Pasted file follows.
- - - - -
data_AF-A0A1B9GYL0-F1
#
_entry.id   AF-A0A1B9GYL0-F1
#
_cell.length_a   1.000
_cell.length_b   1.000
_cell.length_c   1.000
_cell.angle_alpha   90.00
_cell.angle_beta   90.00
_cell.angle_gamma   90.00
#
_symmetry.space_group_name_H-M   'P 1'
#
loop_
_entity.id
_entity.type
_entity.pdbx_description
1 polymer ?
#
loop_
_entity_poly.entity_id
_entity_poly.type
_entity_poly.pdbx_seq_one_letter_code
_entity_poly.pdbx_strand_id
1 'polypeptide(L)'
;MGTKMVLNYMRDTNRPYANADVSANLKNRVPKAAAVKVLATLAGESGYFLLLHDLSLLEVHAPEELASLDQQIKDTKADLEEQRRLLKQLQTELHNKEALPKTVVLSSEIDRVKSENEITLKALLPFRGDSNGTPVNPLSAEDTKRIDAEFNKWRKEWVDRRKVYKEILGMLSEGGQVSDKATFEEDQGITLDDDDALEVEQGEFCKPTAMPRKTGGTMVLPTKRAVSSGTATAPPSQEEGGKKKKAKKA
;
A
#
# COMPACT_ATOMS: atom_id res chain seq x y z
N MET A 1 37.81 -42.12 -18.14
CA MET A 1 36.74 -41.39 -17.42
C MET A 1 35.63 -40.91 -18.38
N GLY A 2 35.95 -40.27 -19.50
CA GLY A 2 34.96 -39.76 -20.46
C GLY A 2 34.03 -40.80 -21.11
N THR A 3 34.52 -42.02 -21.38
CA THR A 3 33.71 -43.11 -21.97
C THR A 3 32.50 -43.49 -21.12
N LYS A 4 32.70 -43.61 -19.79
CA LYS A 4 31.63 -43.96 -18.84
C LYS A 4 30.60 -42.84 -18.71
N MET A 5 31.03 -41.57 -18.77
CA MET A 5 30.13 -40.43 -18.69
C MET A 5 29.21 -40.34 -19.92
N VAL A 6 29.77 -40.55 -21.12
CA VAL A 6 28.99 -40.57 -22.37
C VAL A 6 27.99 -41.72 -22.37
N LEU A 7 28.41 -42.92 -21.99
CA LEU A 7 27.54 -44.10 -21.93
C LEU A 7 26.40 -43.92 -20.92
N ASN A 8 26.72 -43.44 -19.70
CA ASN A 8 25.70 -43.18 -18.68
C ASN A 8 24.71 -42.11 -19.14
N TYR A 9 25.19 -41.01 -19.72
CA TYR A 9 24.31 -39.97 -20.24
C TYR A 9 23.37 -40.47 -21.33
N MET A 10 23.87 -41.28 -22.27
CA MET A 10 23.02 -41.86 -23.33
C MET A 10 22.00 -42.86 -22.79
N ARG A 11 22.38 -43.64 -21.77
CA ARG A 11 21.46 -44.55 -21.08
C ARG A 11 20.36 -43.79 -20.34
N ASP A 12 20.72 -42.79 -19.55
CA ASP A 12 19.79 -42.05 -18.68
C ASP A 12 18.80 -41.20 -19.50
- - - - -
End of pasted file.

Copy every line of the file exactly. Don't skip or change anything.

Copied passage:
data_AF-A0A1B9GYL0-F1
#
_entry.id   AF-A0A1B9GYL0-F1
#
_cell.length_a   1.000
_cell.length_b   1.000
_cell.length_c   1.000
_cell.angle_alpha   90.00
_cell.angle_beta   90.00
_cell.angle_gamma   90.00
#
_symmetry.space_group_name_H-M   'P 1'
#
loop_
_entity.id
_entity.type
_entity.pdbx_description
1 polymer ?
#
loop_
_entity_poly.entity_id
_entity_poly.type
_entity_poly.pdbx_seq_one_letter_code
_entity_poly.pdbx_strand_id
1 'polypeptide(L)'
;MGTKMVLNYMRDTNRPYANADVSANLKNRVPKAAAVKVLATLAGESGYFLLLHDLSLLEVHAPEELASLDQQIKDTKADLEEQRRLLKQLQTELHNKEALPKTVVLSSEIDRVKSENEITLKALLPFRGDSNGTPVNPLSAEDTKRIDAEFNKWRKEWVDRRKVYKEILGMLSEGGQVSDKATFEEDQGITLDDDDALEVEQGEFCKPTAMPRKTGGTMVLPTKRAVSSGTATAPPSQEEGGKKKKAKKA
;
A
#
# COMPACT_ATOMS: atom_id res chain seq x y z
N MET A 1 37.81 -42.12 -18.14
CA MET A 1 36.74 -41.39 -17.42
C MET A 1 35.63 -40.91 -18.38
N GLY A 2 35.95 -40.27 -19.50
CA GLY A 2 34.96 -39.76 -20.46
C GLY A 2 34.03 -40.80 -21.11
N THR A 3 34.52 -42.02 -21.38
CA THR A 3 33.71 -43.11 -21.97
C THR A 3 32.50 -43.49 -21.12
N LYS A 4 32.70 -43.61 -19.79
CA LYS A 4 31.63 -43.96 -18.84
C LYS A 4 30.60 -42.84 -18.71
N MET A 5 31.03 -41.57 -18.77
CA MET A 5 30.13 -40.43 -18.69
C MET A 5 29.21 -40.34 -19.92
N VAL A 6 29.77 -40.55 -21.12
CA VAL A 6 28.99 -40.57 -22.37
C VAL A 6 27.99 -41.72 -22.37
N LEU A 7 28.41 -42.92 -21.99
CA LEU A 7 27.54 -44.10 -21.93
C LEU A 7 26.40 -43.92 -20.92
N ASN A 8 26.72 -43.44 -19.70
CA ASN A 8 25.70 -43.18 -18.68
C ASN A 8 24.71 -42.11 -19.14
N TYR A 9 25.19 -41.01 -19.72
CA TYR A 9 24.31 -39.97 -20.24
C TYR A 9 23.37 -40.47 -21.33
N MET A 10 23.87 -41.28 -22.27
CA MET A 10 23.02 -41.86 -23.33
C MET A 10 22.00 -42.86 -22.79
N ARG A 11 22.38 -43.64 -21.77
CA ARG A 11 21.46 -44.55 -21.08
C ARG A 11 20.36 -43.79 -20.34
N ASP A 12 20.72 -42.79 -19.55
CA ASP A 12 19.79 -42.05 -18.68
C ASP A 12 18.80 -41.20 -19.50